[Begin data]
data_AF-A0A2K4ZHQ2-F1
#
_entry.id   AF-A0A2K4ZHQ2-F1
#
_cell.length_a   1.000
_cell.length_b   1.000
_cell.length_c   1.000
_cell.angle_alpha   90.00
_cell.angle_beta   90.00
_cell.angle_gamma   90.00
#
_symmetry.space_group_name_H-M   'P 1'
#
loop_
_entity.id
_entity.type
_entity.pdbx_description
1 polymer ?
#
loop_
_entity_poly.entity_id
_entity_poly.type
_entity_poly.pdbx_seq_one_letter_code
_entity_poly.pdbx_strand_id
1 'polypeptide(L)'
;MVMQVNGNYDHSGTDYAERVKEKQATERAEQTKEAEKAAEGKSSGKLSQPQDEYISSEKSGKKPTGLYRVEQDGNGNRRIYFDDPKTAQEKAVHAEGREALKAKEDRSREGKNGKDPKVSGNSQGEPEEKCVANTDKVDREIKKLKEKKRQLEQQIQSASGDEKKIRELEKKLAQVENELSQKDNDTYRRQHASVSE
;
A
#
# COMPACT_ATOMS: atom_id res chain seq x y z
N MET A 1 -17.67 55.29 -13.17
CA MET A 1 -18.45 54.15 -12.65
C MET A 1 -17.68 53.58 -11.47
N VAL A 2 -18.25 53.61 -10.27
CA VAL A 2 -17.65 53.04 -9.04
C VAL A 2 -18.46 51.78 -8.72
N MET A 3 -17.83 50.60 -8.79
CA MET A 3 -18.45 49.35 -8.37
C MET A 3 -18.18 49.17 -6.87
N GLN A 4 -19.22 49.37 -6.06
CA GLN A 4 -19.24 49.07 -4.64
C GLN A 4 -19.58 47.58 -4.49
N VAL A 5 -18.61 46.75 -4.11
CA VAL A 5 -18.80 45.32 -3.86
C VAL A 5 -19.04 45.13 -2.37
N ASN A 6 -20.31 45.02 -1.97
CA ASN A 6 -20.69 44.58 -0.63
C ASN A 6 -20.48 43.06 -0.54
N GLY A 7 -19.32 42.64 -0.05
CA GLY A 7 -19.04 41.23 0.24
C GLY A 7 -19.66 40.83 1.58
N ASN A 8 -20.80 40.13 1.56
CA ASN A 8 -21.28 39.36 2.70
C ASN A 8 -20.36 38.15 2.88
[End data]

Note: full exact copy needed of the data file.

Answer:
data_AF-A0A2K4ZHQ2-F1
#
_entry.id   AF-A0A2K4ZHQ2-F1
#
_cell.length_a   1.000
_cell.length_b   1.000
_cell.length_c   1.000
_cell.angle_alpha   90.00
_cell.angle_beta   90.00
_cell.angle_gamma   90.00
#
_symmetry.space_group_name_H-M   'P 1'
#
loop_
_entity.id
_entity.type
_entity.pdbx_description
1 polymer ?
#
loop_
_entity_poly.entity_id
_entity_poly.type
_entity_poly.pdbx_seq_one_letter_code
_entity_poly.pdbx_strand_id
1 'polypeptide(L)'
;MVMQVNGNYDHSGTDYAERVKEKQATERAEQTKEAEKAAEGKSSGKLSQPQDEYISSEKSGKKPTGLYRVEQDGNGNRRIYFDDPKTAQEKAVHAEGREALKAKEDRSREGKNGKDPKVSGNSQGEPEEKCVANTDKVDREIKKLKEKKRQLEQQIQSASGDEKKIRELEKKLAQVENELSQKDNDTYRRQHASVSE
;
A
#
# COMPACT_ATOMS: atom_id res chain seq x y z
N MET A 1 -17.67 55.29 -13.17
CA MET A 1 -18.45 54.15 -12.65
C MET A 1 -17.68 53.58 -11.47
N VAL A 2 -18.25 53.61 -10.27
CA VAL A 2 -17.65 53.04 -9.04
C VAL A 2 -18.46 51.78 -8.72
N MET A 3 -17.83 50.60 -8.79
CA MET A 3 -18.45 49.35 -8.37
C MET A 3 -18.18 49.17 -6.87
N GLN A 4 -19.22 49.37 -6.06
CA GLN A 4 -19.24 49.07 -4.64
C GLN A 4 -19.58 47.58 -4.49
N VAL A 5 -18.61 46.75 -4.11
CA VAL A 5 -18.80 45.32 -3.86
C VAL A 5 -19.04 45.13 -2.37
N ASN A 6 -20.31 45.02 -1.97
CA ASN A 6 -20.69 44.58 -0.63
C ASN A 6 -20.48 43.06 -0.54
N GLY A 7 -19.32 42.64 -0.05
CA GLY A 7 -19.04 41.23 0.24
C GLY A 7 -19.66 40.83 1.58
N ASN A 8 -20.80 40.13 1.56
CA ASN A 8 -21.28 39.36 2.70
C ASN A 8 -20.36 38.15 2.88